2013 Mazda Mx-5 Miata Club
John Goreham's picture

2013 Mazda MX-5 Miata Club has value where it counts

Mazda reconfigured the trims for the MX-5 Miata and it now offers all the go fast bits for much less money in the new Club trim.

For 2013 Mazda has shuffled its MX-5 Miata trim levels introducing the Club trim. The MX-5 Miata Club has all of the go fast bits that a factory Miata can come equipped with and none of the items that come with any additional cost. In the past, in order to get the go-fast goodies a buyer had to include “luxury” items he or she may not want. That pushed the best handling and best performing MX-5 Miata’s price to over $30,000

Mazda MX-5 Miata Trim Levels
Mazda has built the Miata in its current form since the 2006 and a half model year. For the nearly seven years this current, third generation car has been on the market it has been offered basically two ways. For those looking for a bare-bones Miata with no regard for performance, there has always been a car. That car has been priced at about $23,000 or so. It comes with a five speed transmission, cloth seats, and smaller wheels. It is a fine automobile and for sure the best value in the Miata line. For weekend cruises at the speed limit, this car will bring miles of smiles.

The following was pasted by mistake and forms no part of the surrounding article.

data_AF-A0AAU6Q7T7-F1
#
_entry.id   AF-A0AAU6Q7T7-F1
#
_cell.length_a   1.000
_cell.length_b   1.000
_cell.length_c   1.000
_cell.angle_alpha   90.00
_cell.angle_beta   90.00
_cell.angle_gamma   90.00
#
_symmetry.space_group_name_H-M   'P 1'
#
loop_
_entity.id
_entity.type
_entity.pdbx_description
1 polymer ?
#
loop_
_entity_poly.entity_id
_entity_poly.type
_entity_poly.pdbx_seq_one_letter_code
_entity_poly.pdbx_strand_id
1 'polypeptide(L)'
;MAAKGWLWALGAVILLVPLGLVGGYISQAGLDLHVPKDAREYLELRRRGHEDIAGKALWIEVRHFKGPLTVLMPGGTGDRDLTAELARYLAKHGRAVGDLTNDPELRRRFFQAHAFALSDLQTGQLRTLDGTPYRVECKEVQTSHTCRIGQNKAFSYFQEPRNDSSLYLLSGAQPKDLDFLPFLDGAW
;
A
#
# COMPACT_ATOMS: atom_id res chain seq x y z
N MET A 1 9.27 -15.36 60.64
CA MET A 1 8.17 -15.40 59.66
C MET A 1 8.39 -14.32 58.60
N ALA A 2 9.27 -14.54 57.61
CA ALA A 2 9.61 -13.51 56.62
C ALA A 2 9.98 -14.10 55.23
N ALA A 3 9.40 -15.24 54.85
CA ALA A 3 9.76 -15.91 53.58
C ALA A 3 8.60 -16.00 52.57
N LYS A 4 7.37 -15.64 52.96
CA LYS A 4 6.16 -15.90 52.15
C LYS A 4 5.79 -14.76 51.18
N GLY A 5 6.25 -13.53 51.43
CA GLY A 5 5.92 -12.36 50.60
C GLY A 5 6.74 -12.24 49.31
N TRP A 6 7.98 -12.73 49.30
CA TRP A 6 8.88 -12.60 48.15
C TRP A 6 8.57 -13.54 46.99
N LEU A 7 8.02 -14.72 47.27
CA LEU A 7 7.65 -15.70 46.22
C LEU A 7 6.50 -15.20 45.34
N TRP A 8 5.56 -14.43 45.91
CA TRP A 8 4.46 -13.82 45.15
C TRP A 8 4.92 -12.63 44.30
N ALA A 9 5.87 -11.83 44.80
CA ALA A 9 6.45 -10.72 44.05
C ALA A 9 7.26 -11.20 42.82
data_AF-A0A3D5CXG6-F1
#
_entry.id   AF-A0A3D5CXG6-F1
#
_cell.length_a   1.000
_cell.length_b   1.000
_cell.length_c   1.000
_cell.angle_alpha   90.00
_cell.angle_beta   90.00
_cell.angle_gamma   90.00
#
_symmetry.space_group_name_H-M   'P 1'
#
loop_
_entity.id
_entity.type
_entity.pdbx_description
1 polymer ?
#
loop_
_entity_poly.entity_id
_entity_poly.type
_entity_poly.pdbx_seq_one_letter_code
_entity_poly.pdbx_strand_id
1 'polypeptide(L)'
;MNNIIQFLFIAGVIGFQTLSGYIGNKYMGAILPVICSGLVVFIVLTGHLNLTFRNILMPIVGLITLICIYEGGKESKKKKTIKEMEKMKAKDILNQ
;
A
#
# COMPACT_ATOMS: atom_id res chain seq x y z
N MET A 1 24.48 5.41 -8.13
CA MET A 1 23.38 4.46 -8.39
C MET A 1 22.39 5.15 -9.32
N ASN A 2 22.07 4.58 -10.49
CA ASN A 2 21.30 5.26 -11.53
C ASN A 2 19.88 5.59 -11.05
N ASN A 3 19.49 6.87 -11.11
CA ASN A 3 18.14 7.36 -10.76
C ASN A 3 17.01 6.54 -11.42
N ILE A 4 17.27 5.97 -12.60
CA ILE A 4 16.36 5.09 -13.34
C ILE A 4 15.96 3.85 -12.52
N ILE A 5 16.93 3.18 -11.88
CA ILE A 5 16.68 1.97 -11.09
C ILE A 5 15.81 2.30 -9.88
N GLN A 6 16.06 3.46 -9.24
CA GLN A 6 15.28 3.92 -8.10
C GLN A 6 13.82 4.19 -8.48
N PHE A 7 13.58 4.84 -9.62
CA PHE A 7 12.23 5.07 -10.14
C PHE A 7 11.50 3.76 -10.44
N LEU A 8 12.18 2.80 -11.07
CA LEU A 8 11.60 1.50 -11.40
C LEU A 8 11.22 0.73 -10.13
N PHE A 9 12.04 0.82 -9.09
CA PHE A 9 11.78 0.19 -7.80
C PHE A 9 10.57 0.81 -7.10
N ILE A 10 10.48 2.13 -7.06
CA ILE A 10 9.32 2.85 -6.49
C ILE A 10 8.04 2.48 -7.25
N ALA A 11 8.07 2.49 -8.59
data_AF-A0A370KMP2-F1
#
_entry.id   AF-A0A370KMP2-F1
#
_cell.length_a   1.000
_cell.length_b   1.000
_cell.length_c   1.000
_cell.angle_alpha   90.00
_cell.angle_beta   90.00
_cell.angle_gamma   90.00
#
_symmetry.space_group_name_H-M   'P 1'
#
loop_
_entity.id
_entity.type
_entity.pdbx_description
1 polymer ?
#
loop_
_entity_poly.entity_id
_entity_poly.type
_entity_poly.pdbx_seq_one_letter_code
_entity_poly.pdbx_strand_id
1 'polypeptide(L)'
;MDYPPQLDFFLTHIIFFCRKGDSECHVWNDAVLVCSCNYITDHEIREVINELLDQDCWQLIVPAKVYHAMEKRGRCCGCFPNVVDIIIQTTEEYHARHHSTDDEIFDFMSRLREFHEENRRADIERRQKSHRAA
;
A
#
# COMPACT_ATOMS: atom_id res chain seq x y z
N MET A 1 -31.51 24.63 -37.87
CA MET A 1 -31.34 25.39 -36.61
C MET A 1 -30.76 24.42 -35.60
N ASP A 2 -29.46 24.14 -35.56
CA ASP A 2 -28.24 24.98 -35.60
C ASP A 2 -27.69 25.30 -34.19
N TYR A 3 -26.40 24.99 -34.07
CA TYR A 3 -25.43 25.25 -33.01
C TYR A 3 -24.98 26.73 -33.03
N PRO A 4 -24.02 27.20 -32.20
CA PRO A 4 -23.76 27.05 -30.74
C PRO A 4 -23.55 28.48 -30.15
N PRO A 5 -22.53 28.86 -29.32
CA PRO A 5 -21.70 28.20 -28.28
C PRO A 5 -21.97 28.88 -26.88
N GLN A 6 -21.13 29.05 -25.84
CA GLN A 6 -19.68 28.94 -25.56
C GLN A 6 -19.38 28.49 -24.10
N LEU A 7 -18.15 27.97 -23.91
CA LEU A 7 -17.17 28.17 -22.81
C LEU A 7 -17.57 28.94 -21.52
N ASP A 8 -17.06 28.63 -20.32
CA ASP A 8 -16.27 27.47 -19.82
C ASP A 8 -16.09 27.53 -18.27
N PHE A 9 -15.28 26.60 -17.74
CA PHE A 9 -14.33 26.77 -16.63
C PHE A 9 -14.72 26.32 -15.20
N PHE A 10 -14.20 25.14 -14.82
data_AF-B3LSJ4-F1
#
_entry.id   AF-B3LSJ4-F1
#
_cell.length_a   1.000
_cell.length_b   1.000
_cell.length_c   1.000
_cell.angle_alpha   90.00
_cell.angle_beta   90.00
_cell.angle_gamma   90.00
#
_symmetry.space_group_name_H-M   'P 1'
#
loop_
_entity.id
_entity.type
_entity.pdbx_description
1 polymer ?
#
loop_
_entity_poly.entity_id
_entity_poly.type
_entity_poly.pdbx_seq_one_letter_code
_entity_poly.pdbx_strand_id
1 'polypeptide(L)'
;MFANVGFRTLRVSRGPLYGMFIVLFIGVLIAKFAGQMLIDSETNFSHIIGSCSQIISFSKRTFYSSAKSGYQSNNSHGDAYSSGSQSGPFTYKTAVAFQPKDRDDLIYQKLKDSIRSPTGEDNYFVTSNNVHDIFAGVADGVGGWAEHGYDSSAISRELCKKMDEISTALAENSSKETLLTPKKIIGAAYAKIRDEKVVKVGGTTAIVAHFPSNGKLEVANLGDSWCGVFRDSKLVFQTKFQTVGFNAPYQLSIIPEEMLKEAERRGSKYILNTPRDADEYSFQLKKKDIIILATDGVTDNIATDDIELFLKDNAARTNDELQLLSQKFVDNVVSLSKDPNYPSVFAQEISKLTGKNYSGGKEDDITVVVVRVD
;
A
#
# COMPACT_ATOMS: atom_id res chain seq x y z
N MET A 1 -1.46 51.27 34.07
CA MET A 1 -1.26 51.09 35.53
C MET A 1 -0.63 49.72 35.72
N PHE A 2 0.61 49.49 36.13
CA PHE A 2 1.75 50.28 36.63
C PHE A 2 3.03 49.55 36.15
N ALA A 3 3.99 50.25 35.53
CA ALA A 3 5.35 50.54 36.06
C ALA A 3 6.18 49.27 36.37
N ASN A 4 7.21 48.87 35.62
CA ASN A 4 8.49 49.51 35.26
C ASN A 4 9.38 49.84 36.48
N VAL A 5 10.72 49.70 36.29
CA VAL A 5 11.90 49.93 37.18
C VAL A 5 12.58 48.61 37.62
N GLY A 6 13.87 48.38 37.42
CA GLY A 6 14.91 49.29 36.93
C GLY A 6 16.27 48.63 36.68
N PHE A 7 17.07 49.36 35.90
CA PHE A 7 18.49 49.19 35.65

Mazda has also always built a car with all the go fast bits and all the luxury items combined. This car was usually called the “Grand Touring.” This car would come with leather, keyless entry, Homelink garage door opener, heated seats, leather wrapped steering wheel and shift knob, Bose audio, and even automatic climate control on newer models. These are all important to a lot of buyers. However, some budget sports convertible seekers really just want the sporting elements. In order to get the important hardware for spirited driving one had to pay for these, running up the price tag.

What Enthusiast Want In a Mazda MX-5 Miata
First and foremost, the Miata buyer with spirited driving in mind wants the best suspension and the best drivetrain possible in a Miata. For that reason, the Club comes with the optional sport-tuned suspension with Bilstein shocks. Importantly, the Club also has the limited slip (rear) differential. The Mazda MX-5 has only 167 horsepower, however, it is difficult to put all of that down, particularly in the wet, or when turning. The limited slip Diff. is needed. Similarly, the earlier cars didn’t have traction control and stability control. That feature is now included in the club package (it still can be turned off too).

MX-5 Club Exclusive Features
The larger diameter wheels are included in the Club as well, but the 17 inch alloys come with a dark finish that gives the car a tough look. Tough is a word that is not often used in describing the Miata, so take it lightly. Some aero bits are added to the Club to help differentiate the look. The rollover loops behind the seats also gets this treatment and it looks great on the car. Finishing the look is a body side trim piece and blackened mirrors.